Associates in Advocacy now has two sites on the internet. Our primary help site is at http://www.aiateam.org/. There AIA seeks to offer aid to troubled pastors, mainly those who face complaints and whose careers are on the line.

Help is also available to their advocates, their caregivers, Cabinets, and others trying to work in that context.

This site will be a blog. On it we will address issues and events that come up.

We have a point of view about ministry, personnel work, and authority. We intend to take the following very seriously:


Some of our denomination's personnel practices have real merit. Some are deeply flawed. To tell the difference, we go to these criteria to help us know the difference.

We also have a vision of what constitutes healthy leadership and authority. We believe it is in line with Scripture, up-to-date managerial practice, and law.

To our great sadness, some pastors who become part of the hierarchy of the church, particularly the Cabinet, have a vision based on their being in control as "kings of the hill," not accountable to anyone and not responsible to follow the Discipline or our faith and practice. They do not see that THE GOLDEN RULE applies to what they do.

If you are reading this, the chances are you are not that way. We hope what we say and do exemplify our own best vision and will help you fulfill yours. But we cannot just leave arrogance, incompetence, and ignorance to flourish. All of us have the responsibility to minimize those in our system.

We join you in fulfilling our individual vow of expecting to be perfect in love in this life and applying that vow to our corporate life in the United Methodist Church.

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If you have any questions or suggestions, direct them to Rev. Jerry Eckert. His e-mail address is aj_eckert@hotmail.com. His phone number is 941 743 0518. His address is 20487 Albury Drive, Port Charlotte, FL 33952.

Thank you.


Monday, November 21, 2011

JCM 1190


Having done some consulting as noted in the blog posts about the respective docketed items on the Philippines case, I have reread every related decision and memorandum rendered by the Council (JCD/Ms 1149, 1152, 1162, 1177, 1182, 1183, and 1184). I am seeing inconsistency on the Council’s part with respect to the case.

The Council accepted a petition from the bishops of the Philippines less than a month after their Spring 2010 session where the Council ruled the that the interim bishop and the annual conference over which he presided was the official annual conference rather than the one headed by Bishop Tangonan (JCD 1152).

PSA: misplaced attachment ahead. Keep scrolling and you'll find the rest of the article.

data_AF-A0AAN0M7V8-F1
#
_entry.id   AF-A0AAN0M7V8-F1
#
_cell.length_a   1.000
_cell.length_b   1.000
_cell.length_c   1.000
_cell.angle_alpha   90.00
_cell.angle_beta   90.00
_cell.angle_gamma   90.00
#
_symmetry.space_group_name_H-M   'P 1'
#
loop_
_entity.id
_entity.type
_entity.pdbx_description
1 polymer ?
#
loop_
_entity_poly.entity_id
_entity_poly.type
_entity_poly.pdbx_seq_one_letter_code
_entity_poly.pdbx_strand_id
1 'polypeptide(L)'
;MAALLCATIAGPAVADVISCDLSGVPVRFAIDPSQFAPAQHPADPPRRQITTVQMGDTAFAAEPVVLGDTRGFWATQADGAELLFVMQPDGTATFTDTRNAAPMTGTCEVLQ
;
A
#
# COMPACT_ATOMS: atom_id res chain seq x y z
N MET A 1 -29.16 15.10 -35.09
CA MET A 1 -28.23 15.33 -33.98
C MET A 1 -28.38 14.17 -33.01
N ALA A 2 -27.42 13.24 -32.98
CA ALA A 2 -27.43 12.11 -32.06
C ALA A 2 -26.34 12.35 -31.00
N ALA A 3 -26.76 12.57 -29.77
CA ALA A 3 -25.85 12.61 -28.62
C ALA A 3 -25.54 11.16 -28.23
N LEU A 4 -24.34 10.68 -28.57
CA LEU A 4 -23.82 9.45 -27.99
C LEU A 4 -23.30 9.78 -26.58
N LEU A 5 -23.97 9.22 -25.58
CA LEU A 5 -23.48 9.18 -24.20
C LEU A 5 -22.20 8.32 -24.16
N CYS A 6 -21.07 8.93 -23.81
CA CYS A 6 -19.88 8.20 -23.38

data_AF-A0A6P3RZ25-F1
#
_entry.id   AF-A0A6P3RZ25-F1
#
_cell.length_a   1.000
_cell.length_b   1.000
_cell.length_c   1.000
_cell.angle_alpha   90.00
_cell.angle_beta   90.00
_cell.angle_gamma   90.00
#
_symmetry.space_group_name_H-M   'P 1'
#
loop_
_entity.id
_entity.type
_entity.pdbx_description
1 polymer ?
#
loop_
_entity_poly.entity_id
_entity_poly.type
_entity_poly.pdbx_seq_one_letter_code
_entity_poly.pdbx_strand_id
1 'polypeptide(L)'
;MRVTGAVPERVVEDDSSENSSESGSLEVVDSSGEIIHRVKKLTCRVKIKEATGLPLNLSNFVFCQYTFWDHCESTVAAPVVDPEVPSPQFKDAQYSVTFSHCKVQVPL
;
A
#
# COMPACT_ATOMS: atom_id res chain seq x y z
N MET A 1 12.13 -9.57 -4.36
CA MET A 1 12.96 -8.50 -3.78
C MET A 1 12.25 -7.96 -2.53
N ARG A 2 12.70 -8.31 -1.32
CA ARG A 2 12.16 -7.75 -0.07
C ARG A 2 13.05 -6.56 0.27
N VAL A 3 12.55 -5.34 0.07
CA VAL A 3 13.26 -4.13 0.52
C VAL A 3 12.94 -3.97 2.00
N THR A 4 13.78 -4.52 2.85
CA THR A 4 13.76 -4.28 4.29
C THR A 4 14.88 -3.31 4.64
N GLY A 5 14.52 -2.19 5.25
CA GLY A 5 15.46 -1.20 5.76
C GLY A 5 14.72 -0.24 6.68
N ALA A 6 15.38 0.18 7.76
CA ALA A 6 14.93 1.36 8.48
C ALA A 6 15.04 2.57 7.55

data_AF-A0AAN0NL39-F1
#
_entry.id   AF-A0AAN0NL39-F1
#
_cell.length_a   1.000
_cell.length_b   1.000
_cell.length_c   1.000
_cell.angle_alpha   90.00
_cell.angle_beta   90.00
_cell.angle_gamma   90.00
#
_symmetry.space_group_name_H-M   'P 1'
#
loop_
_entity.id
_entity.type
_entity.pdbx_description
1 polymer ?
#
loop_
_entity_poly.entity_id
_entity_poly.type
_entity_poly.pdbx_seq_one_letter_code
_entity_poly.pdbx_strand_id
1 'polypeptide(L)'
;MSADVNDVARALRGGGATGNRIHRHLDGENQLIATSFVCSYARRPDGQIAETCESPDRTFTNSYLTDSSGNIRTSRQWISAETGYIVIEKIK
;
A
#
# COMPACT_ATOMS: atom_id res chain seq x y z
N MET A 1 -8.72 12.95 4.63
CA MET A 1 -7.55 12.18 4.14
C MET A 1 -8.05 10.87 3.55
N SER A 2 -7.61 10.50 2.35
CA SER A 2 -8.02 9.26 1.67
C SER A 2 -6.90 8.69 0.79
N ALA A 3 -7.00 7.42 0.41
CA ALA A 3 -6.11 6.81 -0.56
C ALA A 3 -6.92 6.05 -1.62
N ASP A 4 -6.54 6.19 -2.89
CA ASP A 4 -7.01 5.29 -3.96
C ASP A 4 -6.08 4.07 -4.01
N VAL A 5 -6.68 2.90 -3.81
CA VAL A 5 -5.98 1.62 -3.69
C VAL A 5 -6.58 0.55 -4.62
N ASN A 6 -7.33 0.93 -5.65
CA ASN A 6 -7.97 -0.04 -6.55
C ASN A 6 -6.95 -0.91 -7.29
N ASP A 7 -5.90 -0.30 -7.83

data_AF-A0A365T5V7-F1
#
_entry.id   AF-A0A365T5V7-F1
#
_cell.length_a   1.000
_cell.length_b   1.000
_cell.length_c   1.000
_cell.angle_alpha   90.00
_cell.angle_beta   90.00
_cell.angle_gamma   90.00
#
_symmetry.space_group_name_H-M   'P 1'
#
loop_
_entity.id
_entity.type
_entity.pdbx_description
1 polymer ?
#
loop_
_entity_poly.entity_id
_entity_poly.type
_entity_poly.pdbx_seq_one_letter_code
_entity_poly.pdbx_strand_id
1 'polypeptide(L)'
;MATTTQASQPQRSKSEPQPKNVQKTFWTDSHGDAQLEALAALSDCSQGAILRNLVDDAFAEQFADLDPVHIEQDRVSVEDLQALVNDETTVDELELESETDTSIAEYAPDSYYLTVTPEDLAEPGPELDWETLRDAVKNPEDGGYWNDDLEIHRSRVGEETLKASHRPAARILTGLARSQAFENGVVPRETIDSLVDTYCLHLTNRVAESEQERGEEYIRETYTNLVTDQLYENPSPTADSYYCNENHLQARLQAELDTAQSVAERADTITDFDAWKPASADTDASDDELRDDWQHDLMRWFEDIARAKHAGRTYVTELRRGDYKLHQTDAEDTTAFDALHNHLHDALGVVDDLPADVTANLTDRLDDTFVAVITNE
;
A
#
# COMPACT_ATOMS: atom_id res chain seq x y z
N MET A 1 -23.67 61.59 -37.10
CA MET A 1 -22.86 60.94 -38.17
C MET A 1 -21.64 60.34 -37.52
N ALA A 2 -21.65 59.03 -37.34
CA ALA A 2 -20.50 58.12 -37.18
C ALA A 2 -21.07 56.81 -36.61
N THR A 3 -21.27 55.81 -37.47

But the Council refused to accept a request for an early decision in Bishop Tangonan’s ongoing struggle with the college of bishops. Despite identifying the actions of Bishop Arichea as “convoluted” in changing the site of the annual conference (JCD 1152) and most of the Council being bothered by the six undocumented suspensions of Bishop Tangonan over two years by that college of bishops (JCD 1183), the Council put him off by postponing dealing with his request until next Spring’s session.

Despite their unease about what was coming to them in incomplete bits and pieces, they still went along with their rulings that the Philippines bishops constituted a college of bishops and that Bishop Arichea did no legally questionable wrong. But Bishop Tangonan has been left hanging by those decisions, further deepening the split in the annual conferences which he led prior to his suspensions.

The Council appears to have taken the word of the college of bishops when the Council accepted how the bishops’ petition described the results of a committee on investigation rather than seeing that original document for themselves.

It can be argued that the Council is stuck with maintaining their rules and with parties who do not send all the needed documents. Hence, they put out decisions as best they can. But I fear that the Council, when in doubt, tends to believe those higher in the power structure and not persist in their demand for better documentation.

In JCD 1152, Bishop Arichea said he met with the Cabinet on Feb. 3 and they voted to change the site of the annual conference. Then in JCD 1162, the story changed. The DSs failed to respond to attend the Feb. 3 meeting and a final vote on the change of site occurred on Feb. 18 after he had appointed a whole new Cabinet.

A different reading of JCD 1162 might allow for another interpretation, that a request not to change the site sent in by the lay leader was what the Cabinet refused to respond to. But it is more reasonable to assume the Cabinet refused from the beginning to meet with retired Bishop Arichea because the Judicial Council had not yet ruled that the Philippines bishops did indeed constitute being a college of bishops under church law. That ruling did not occur until many months later. No one knew in February when Bishop Arichea showed up and changed where the annual conference was to be held whether or not he had that authority. The Council gave it to him retroactively. Like enforcing a law retroactively is wrong (see JCD 704), having to justify past actions by making a law change to fit the situation, which is what JCD 1149 did, may also be bad law.

The Council has a way out of this mess. It needs to undertake a review of all their decisions. And it needs to use its authority to obtain documents withheld from it or were not asked for in those decisions. Until the Council does, it may face many and sundry petitions from that group of annual conferences. One hopes that instructions have been sent to all the involved parties to send everything they have for the review of the Council next Spring. In the meantime, it might want to change its rules and find a way to review early requests in an orderly and consistent manner and respond in a timely way to Bishop Tangonan’s request.

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